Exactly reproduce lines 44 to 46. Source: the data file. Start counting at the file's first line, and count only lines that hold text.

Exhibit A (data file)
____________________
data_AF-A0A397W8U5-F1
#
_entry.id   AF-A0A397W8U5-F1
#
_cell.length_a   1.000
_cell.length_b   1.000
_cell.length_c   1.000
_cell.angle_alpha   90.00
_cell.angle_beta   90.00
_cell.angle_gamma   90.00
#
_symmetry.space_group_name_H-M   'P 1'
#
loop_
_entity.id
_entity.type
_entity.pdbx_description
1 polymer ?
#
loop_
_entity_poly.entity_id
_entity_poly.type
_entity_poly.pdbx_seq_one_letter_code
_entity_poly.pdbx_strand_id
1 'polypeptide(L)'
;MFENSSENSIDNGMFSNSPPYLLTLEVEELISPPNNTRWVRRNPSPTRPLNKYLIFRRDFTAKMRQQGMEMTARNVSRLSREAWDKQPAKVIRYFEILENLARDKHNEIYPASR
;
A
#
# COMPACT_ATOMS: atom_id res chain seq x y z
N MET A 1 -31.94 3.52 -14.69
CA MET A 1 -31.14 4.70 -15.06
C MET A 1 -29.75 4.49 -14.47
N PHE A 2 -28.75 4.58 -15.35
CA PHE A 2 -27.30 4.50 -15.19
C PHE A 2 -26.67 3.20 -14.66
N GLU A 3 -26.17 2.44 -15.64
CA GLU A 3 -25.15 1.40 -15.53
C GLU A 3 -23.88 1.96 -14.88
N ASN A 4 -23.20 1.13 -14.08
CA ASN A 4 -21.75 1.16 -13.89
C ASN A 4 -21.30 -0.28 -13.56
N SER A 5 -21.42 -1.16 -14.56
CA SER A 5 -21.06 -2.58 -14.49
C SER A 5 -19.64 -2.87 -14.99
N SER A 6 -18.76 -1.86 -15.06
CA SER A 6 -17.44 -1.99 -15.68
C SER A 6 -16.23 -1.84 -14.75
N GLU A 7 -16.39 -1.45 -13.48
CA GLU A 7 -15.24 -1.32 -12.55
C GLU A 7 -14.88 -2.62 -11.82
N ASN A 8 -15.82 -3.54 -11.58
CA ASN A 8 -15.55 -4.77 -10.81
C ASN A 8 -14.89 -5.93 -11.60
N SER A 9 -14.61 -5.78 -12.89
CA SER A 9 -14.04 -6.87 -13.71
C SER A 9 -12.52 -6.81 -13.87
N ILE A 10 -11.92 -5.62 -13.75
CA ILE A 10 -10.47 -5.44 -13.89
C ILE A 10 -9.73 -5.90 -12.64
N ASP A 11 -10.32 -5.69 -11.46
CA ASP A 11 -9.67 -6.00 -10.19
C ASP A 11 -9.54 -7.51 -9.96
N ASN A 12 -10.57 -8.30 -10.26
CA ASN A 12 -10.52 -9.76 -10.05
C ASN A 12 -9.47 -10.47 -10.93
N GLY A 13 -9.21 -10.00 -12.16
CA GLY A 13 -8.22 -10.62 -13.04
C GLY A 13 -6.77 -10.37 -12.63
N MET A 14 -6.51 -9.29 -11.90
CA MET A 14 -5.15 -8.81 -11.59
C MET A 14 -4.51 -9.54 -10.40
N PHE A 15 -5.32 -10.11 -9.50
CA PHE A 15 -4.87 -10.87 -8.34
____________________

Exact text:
CA SER A 5 -21.06 -2.58 -14.49
C SER A 5 -19.64 -2.87 -14.99
N SER A 6 -18.76 -1.86 -15.06